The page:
Author: Tiziana Barghini

The BRICS (Brazil, Russia, India, China and South Africa) now have something more in common than rapidly developing economies that have recently stalled. In July they gave life to the New Development Bank (NDB), the first multilateral institution controlled by developing countries.

The NDB, which will be based in Shanghai, is a slap in the face to the World Bank and the International Monetary Fund, which provide loans to developing countries, often with strict conditions attached.

The New Development Bank will start with initial subscribed capital of $50 billion and initial authorized capital of $100 billion. On paper, says Vikram Nehru, a senior associate in the Asia program at the Carnegie Endowment for International Peace in Washington, the NDB has huge financial leverage and could soon reach yearly loans of $34 billion.

The real challenge for the new institution, he says, concerns how decisions are made. “The BRICS are a very disparate group of countries,” says Nehru, who served for nearly 30 years at the World Bank. “It will be interesting to see how these five countries are able to pull together and make decisions.”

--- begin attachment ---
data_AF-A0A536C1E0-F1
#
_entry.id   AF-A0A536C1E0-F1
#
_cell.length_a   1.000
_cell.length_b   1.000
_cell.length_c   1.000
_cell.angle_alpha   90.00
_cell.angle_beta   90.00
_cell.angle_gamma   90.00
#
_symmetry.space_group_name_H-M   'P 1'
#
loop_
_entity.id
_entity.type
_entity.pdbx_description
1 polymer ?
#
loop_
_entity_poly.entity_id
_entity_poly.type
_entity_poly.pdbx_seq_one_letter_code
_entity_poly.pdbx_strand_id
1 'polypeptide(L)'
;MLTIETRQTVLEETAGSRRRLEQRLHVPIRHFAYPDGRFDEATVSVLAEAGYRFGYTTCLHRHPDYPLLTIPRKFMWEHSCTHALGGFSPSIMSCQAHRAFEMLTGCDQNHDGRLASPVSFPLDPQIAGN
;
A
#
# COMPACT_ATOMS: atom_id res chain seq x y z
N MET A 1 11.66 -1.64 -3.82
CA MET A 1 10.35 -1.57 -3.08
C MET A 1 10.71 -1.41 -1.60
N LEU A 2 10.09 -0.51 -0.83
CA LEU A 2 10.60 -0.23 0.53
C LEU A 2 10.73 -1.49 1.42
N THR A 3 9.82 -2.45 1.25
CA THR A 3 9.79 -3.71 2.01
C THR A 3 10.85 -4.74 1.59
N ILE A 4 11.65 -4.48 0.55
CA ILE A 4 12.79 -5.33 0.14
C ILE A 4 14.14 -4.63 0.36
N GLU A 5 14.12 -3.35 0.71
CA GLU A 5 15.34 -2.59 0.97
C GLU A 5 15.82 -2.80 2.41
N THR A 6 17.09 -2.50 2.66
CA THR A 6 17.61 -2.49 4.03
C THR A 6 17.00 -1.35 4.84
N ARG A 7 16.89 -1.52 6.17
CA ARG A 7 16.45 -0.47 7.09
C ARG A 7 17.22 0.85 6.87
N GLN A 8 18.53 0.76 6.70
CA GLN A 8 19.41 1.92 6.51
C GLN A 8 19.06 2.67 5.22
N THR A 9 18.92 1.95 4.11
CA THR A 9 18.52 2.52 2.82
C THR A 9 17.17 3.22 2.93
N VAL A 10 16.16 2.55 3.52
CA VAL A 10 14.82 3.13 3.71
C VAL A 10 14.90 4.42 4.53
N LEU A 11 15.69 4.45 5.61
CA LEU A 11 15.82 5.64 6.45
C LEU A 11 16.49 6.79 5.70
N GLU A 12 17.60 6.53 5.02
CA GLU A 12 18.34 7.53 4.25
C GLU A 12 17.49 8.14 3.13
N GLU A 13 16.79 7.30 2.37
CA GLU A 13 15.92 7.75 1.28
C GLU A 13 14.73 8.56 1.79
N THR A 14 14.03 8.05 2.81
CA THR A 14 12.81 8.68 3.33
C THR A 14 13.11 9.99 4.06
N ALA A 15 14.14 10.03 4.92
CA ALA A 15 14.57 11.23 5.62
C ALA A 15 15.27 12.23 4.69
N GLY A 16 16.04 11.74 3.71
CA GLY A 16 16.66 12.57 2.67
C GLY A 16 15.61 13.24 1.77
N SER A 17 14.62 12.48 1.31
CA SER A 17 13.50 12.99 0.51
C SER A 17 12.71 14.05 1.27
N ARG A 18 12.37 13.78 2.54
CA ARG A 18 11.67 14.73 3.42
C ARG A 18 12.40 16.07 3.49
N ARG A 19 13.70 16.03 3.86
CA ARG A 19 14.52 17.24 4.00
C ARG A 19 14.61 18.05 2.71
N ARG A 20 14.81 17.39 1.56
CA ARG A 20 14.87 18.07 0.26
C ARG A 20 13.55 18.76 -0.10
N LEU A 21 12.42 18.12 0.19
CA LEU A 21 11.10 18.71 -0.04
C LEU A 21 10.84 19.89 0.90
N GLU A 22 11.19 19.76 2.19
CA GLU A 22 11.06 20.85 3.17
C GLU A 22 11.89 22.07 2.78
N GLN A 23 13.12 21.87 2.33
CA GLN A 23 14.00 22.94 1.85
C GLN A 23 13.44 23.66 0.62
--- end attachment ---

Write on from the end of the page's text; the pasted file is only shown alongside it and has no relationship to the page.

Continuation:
When it comes to the balance of power within the NDB, China is by far the richest country of the five and will supply the largest amount—$41 billion—to the bank’s contingency reserve pool, a $100 billion fund also approved by the BRICS to help countries avert short-term liquidity pressures. India, Brazil and Russia will contribute $18 billion each, and South Africa will put in $5 billion. However, a recent BRICS summit meeting in Brazil saw NDB member countries agree on a proposal that the initial subscribed capital should be equally shared among members to prevent domination by any one country. The summit also declared that the first president of the NDB will be Indian, and the first Board of Directors will be from Brazil. The first chairperson of the Board of Governors will be from Russia.